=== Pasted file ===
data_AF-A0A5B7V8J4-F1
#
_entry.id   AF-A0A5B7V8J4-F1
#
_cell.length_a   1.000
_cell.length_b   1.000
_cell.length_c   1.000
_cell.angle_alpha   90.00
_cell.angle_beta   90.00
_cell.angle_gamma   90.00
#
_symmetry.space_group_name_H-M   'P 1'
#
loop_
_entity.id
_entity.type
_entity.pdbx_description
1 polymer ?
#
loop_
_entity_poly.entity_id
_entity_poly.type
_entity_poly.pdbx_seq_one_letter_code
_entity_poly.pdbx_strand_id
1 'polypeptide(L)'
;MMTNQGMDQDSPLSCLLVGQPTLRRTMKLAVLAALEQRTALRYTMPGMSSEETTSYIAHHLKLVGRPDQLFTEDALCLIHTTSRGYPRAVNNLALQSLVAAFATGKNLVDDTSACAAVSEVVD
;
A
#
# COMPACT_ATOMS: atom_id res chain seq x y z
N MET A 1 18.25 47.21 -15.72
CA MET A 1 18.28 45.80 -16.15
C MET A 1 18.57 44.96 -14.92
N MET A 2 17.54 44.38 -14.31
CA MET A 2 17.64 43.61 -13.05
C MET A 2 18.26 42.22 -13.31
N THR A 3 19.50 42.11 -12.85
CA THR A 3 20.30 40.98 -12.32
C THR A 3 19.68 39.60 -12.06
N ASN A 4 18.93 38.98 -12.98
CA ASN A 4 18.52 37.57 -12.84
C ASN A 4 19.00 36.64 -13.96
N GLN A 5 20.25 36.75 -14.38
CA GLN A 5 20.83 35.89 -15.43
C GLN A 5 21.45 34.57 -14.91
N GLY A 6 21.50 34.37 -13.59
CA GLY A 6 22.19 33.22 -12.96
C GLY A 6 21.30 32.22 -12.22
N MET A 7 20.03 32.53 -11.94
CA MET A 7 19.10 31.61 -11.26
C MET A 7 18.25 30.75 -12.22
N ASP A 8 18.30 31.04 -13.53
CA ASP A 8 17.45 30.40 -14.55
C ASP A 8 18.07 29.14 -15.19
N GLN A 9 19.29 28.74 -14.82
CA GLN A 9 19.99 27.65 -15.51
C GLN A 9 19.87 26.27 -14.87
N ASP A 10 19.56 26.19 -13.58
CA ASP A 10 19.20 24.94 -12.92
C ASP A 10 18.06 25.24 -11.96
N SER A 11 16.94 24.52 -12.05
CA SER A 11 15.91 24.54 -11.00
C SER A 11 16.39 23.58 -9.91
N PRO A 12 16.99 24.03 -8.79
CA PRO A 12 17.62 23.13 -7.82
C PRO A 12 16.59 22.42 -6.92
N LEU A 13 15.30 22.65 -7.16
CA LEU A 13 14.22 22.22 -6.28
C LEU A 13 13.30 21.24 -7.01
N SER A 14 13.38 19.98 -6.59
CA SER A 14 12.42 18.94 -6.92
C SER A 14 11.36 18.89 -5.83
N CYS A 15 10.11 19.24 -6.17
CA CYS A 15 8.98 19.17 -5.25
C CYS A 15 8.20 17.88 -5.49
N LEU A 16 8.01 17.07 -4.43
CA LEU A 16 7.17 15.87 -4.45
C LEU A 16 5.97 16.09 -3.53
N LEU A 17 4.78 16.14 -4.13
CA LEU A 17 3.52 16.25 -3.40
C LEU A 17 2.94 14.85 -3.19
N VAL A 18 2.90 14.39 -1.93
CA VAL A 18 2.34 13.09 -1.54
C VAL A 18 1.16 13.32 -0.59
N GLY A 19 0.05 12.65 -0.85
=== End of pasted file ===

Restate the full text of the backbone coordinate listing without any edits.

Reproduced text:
data_AF-A0A5B7V8J4-F1
#
_entry.id   AF-A0A5B7V8J4-F1
#
_cell.length_a   1.000
_cell.length_b   1.000
_cell.length_c   1.000
_cell.angle_alpha   90.00
_cell.angle_beta   90.00
_cell.angle_gamma   90.00
#
_symmetry.space_group_name_H-M   'P 1'
#
loop_
_entity.id
_entity.type
_entity.pdbx_description
1 polymer ?
#
loop_
_entity_poly.entity_id
_entity_poly.type
_entity_poly.pdbx_seq_one_letter_code
_entity_poly.pdbx_strand_id
1 'polypeptide(L)'
;MMTNQGMDQDSPLSCLLVGQPTLRRTMKLAVLAALEQRTALRYTMPGMSSEETTSYIAHHLKLVGRPDQLFTEDALCLIHTTSRGYPRAVNNLALQSLVAAFATGKNLVDDTSACAAVSEVVD
;
A
#
# COMPACT_ATOMS: atom_id res chain seq x y z
N MET A 1 18.25 47.21 -15.72
CA MET A 1 18.28 45.80 -16.15
C MET A 1 18.57 44.96 -14.92
N MET A 2 17.54 44.38 -14.31
CA MET A 2 17.64 43.61 -13.05
C MET A 2 18.26 42.22 -13.31
N THR A 3 19.50 42.11 -12.85
CA THR A 3 20.30 40.98 -12.32
C THR A 3 19.68 39.60 -12.06
N ASN A 4 18.93 38.98 -12.98
CA ASN A 4 18.52 37.57 -12.84
C ASN A 4 19.00 36.64 -13.96
N GLN A 5 20.25 36.75 -14.38
CA GLN A 5 20.83 35.89 -15.43
C GLN A 5 21.45 34.57 -14.91
N GLY A 6 21.50 34.37 -13.59
CA GLY A 6 22.19 33.22 -12.96
C GLY A 6 21.30 32.22 -12.22
N MET A 7 20.03 32.53 -11.94
CA MET A 7 19.10 31.61 -11.26
C MET A 7 18.25 30.75 -12.22
N ASP A 8 18.30 31.04 -13.53
CA ASP A 8 17.45 30.40 -14.55
C ASP A 8 18.07 29.14 -15.19
N GLN A 9 19.29 28.74 -14.82
CA GLN A 9 19.99 27.65 -15.51
C GLN A 9 19.87 26.27 -14.87
N ASP A 10 19.56 26.19 -13.58
CA ASP A 10 19.20 24.94 -12.92
C ASP A 10 18.06 25.24 -11.96
N SER A 11 16.94 24.52 -12.05
CA SER A 11 15.91 24.54 -11.00
C SER A 11 16.39 23.58 -9.91
N PRO A 12 16.99 24.03 -8.79
CA PRO A 12 17.62 23.13 -7.82
C PRO A 12 16.59 22.42 -6.92
N LEU A 13 15.30 22.65 -7.16
CA LEU A 13 14.22 22.22 -6.28
C LEU A 13 13.30 21.24 -7.01
N SER A 14 13.38 19.98 -6.59
CA SER A 14 12.42 18.94 -6.92
C SER A 14 11.36 18.89 -5.83
N CYS A 15 10.11 19.24 -6.17
CA CYS A 15 8.98 19.17 -5.25
C CYS A 15 8.20 17.88 -5.49
N LEU A 16 8.01 17.07 -4.43
CA LEU A 16 7.17 15.87 -4.45
C LEU A 16 5.97 16.09 -3.53
N LEU A 17 4.78 16.14 -4.13
CA LEU A 17 3.52 16.25 -3.40
C LEU A 17 2.94 14.85 -3.19
N VAL A 18 2.90 14.39 -1.93
CA VAL A 18 2.34 13.09 -1.54
C VAL A 18 1.16 13.32 -0.59
N GLY A 19 0.05 12.65 -0.85